Then, in 2007, something of a Late Show resurgence occurred when, first, John M. Borack, in his brilliant power pop overview entitled Shake Some Action was released. In the book, Borack listed and gave little one- or two-paragraph reviews of his Top 200 Power Pop Albums of All-Time. Borack ranked The Late Show’s Portable Pop at number 46 on his list. Then, a tiny independent label called Trashy Creature Records, picked up the album and band and re-released Portable Pop on CD and cassette tape for the first time ever. Shortly thereafter, Goldmine magazine place Portable Pop in its Top 50 US Power Pop Albums of All-Time List at number 23.

The Late Show Band publicity pic

Once the album was released on CD in 2007, The Late Show was being added to the playlists of over 70 college rock and independent radio stations across the country. That action convinced The Late Show to reunite and get back on the road, which they continue to this day, mainly around Indiana. There has been a rumor of a second album, one that was recorded and shelved back during the Eighties, being remastered and released. Unfortunately, for reasons unknown to me, this has not happened, which is unfortunate.

The Late Show Band outdoor concert

So, that is the history of The Late Show, one of those obscure bands who released an album of great music that went unknown to the public for 27 years before the band caught on with an influential writer or two only to receive the critical endorsement over two-and-a-half decades later. At least, The Late Show is being heard now.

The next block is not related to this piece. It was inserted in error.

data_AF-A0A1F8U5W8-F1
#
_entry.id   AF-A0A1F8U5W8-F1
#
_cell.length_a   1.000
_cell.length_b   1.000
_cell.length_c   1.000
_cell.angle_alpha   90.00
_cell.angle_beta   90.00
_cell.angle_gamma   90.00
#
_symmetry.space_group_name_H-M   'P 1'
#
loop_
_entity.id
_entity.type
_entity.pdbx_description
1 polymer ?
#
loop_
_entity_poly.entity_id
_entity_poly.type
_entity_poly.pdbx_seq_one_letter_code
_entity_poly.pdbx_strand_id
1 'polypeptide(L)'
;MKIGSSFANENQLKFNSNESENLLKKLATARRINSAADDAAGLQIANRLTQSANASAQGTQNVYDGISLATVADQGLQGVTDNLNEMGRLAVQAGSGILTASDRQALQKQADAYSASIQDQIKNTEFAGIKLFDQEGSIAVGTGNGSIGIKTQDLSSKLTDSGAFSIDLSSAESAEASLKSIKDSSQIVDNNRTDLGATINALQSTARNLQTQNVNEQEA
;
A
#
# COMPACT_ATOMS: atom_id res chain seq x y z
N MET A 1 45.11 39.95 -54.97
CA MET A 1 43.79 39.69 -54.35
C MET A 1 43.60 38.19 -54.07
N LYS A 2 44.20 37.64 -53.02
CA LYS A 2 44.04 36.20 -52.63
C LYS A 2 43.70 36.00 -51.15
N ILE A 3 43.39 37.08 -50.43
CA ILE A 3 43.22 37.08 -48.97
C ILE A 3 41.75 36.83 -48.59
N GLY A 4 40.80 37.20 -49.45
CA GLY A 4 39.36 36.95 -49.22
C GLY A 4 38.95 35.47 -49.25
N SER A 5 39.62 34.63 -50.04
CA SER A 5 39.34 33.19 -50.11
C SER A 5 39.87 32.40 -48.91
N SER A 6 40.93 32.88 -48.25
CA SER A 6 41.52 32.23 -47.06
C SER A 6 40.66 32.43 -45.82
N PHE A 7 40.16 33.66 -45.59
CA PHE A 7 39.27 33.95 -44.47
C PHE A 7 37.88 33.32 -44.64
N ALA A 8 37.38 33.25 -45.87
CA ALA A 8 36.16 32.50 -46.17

And, I finally have this brilliant album in my collection. I am so stoked!

Author: ifmyalbumscouldtalk

I am just a long-time music fan who used to be a high school science teacher and a varsity coach of several high school athletic teams. Before that, I worked as a medical technologist at three hospitals in their labs, mainly as a microbiologist. I am retired/disabled (Failed Back Surgery Syndrome), and this is my attempt to remain a human. Additionally, I am a serious vinyl aficionado, with a CD addiction and a love of reading about rock history. Finally, I am a fan of Prince, Cheap Trick, Tom Petty, R.E.M., Hall & Oates, Springsteen, Paul Weller & his bands and Power Pop music.